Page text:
I only work if there's a deadline. Sad, but true. Now I've accepted that about myself, I find it's easier to get stuff done.
Here she is, all posing and coy.
One reason I hadn't finished her is because I didn't know who she was. Now, if this sounds all New Age-y and weird to you, I'm sorry. It's not meant to. Usually a doll's inspiration comes from a piece of fabric I like, or from the doll herself. Her face gives her an identity and I try and make that identity manifest to others. It's not as arty as it sounds, honest.
This doll I'd originally intended to be a child, but she didn't have a child's face and there was something knowing and amused about her expression. I didn't know how to dress her to reflect that. Hence her unfinished state.
The discipline of the deadline meant I had to get around her identity crisis. So, first I poked about my fabric collection. Nothing. Then, I meandered through a pile of clothes I'd set aside for re-purposing. Or is it 'upcycling'? How about 'clothes I don't wear but can't bring myself to throw away'? Amongst them was a huge, frumpy maxi sundress with oversized sunflowers. Not good for me, but perfect for her. I also found a small scrap of cloth with undergrowth and toadstools and that seemed to want to be included, too. Bright gypsy colours, an environmental woodsy theme, long hair and an amused smile. So that was what the doll was; a nymph-y, dryad-y gypsy.
|Doll on the cake stand See those gripping fingers? I think she's scared of heights...|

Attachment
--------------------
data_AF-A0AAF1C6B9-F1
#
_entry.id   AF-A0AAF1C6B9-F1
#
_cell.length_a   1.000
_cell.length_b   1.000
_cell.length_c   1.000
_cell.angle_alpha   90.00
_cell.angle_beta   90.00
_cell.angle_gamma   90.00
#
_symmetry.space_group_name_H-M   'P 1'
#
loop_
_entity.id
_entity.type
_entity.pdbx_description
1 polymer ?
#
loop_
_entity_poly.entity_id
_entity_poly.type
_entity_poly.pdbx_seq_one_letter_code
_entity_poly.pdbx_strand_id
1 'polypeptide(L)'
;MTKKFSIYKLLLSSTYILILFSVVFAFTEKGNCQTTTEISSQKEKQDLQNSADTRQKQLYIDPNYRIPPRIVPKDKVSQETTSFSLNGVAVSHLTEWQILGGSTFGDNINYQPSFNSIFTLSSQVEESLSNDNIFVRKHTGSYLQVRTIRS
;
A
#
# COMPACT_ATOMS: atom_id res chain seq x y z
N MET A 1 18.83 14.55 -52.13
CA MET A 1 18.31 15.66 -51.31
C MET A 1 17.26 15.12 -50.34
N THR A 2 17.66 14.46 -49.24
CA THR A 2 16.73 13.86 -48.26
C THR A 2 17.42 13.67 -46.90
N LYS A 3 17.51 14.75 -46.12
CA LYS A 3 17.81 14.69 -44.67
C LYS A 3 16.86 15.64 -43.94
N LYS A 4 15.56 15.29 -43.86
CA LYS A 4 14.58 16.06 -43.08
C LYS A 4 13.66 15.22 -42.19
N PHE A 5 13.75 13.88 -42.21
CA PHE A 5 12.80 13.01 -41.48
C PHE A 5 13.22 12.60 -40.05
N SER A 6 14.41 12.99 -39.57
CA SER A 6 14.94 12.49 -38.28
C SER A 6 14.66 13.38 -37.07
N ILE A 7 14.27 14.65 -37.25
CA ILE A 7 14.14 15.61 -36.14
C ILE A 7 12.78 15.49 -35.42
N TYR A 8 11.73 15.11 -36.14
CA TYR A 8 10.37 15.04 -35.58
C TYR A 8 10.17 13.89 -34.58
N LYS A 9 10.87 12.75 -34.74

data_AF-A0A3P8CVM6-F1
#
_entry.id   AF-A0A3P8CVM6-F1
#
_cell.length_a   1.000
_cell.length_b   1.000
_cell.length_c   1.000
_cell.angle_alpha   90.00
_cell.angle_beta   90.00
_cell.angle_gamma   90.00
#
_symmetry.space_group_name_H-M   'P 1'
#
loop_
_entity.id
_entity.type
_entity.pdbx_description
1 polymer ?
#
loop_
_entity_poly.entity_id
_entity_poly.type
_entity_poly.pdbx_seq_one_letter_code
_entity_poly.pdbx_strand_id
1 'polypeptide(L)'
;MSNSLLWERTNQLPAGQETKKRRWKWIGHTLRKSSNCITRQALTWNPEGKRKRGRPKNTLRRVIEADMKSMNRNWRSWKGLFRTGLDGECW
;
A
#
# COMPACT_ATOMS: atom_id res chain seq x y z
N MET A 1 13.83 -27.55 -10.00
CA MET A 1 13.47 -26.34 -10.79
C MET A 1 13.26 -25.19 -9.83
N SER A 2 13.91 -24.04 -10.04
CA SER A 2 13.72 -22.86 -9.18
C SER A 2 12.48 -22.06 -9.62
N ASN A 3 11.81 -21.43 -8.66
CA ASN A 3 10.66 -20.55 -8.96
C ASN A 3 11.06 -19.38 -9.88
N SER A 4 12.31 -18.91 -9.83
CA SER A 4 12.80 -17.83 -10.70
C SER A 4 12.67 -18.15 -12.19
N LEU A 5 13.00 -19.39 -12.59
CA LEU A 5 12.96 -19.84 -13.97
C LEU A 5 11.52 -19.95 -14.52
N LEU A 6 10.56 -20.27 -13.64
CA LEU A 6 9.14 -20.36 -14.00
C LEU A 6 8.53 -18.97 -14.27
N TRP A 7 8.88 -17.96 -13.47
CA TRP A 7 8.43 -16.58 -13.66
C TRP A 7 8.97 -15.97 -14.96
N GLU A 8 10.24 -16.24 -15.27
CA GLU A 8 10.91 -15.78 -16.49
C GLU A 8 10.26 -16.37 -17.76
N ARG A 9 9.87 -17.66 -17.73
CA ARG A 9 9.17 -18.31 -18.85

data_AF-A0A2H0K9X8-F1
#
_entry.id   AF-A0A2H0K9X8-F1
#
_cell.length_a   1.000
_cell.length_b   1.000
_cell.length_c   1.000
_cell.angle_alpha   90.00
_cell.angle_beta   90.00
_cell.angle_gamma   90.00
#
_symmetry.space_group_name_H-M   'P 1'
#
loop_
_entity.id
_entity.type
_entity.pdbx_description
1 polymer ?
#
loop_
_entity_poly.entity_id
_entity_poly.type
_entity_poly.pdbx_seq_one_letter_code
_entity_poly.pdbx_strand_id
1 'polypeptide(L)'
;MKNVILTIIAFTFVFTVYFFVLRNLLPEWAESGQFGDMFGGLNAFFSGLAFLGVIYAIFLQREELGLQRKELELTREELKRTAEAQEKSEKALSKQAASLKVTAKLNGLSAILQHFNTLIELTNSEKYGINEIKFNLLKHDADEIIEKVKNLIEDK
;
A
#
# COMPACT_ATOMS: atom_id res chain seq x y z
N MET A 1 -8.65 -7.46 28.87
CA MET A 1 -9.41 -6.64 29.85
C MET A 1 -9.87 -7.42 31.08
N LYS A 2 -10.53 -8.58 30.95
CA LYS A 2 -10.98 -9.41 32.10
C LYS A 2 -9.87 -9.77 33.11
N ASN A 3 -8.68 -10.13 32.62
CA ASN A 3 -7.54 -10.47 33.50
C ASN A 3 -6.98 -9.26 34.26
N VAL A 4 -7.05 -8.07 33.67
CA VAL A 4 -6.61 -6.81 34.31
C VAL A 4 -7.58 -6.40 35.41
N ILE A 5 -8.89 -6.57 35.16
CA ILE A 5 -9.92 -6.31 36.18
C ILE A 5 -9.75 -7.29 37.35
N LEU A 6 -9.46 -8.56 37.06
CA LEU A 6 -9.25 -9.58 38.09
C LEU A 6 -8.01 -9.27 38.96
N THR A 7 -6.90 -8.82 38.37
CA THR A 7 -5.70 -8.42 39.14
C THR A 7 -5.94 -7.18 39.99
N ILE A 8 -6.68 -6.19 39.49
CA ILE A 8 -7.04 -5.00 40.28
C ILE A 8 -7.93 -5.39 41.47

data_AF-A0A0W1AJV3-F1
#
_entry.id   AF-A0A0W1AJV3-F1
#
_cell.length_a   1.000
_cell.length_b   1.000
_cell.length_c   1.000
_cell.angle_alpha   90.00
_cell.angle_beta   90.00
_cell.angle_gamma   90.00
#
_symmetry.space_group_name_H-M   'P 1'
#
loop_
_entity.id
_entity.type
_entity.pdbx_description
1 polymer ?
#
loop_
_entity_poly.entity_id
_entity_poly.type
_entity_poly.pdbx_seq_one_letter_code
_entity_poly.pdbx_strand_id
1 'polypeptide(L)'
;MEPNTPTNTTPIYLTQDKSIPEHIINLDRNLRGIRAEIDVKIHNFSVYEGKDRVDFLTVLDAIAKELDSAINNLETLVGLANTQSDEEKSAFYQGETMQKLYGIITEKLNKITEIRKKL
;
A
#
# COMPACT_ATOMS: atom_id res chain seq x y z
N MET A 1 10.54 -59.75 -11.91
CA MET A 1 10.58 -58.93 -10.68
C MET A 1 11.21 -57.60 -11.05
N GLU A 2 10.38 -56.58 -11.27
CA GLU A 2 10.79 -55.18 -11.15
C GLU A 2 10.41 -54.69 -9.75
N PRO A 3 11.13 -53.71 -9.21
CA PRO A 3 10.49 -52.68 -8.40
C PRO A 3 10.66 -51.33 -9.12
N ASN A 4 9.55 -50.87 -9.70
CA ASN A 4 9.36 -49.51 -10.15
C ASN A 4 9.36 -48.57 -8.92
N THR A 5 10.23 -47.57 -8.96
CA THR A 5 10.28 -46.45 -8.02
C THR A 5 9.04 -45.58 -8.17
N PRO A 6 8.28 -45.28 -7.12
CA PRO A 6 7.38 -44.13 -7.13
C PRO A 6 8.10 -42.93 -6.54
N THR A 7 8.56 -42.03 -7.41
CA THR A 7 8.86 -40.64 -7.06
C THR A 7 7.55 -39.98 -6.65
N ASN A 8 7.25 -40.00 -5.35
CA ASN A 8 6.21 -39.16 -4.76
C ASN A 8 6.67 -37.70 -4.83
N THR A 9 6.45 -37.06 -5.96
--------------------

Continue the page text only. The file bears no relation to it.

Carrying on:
Now I had the fabric everything fell into place.
What I usually do is wonder around in a fugue state (like a fudge state but without the calories) holding the cloth up to the doll and trying different ways of draping it and tucking it and adding other fabrics to it for contrast. This can go on for some time. Weeks, even. But...I had a deadline! So her outfit was decided pretty swiftly; fitted bodice, long, long skirt, pagoda sleeves and an ivy coronet.
|My Glass Worktable|
I freehanded the pattern to fit her. I hate paper patterns; all those bossy instructions and terse commands. Baste this! Interface that! Clip curves! Of course, if I hated clipping curves, I probably shouldn't have started to make dolls, but every craft has its tedious aspect.
|Tryout of bodice and sleeves.|
The bodice was lined in bright yellow cotton, but the sleeves were left to be floaty and light. I decided against an underskirt for the same reason. I always give dolls wide and voluminous skirts. It helps with the posing, I think and makes them more interesting to handle. That, and the first thing everyone does with a rag doll is to turn them upside down and look at their knickers. Everyone. Just try it. Hand some unsuspecting soul a cloth doll and watch what they do.
Here, I've done it for you.
|Yellow bloomers amid yellow blooms|
And then she was (mostly) done. I wove a wreath of some fake ivy I just happened to have hanging about. I was going to add flowers, but that seemed to make the whole thing a little overdone, so I left her with a simple green garland. I sewed ribbon streamers to the waistline, and pinned the bodice back, to show the yellow lining . The fabric with the dark leaves and toadstools I inserted in the neckline, to look like a shirt underneath. Three bead buttons, a band of red silk dupion for a change of texture and she was all done.
|Dress. On backwards...|
And, if I'd planned this better, I'd have a photo of the finished doll! As it was, the deadline tweaked my tail and I just had time to box her up. She did look pretty though.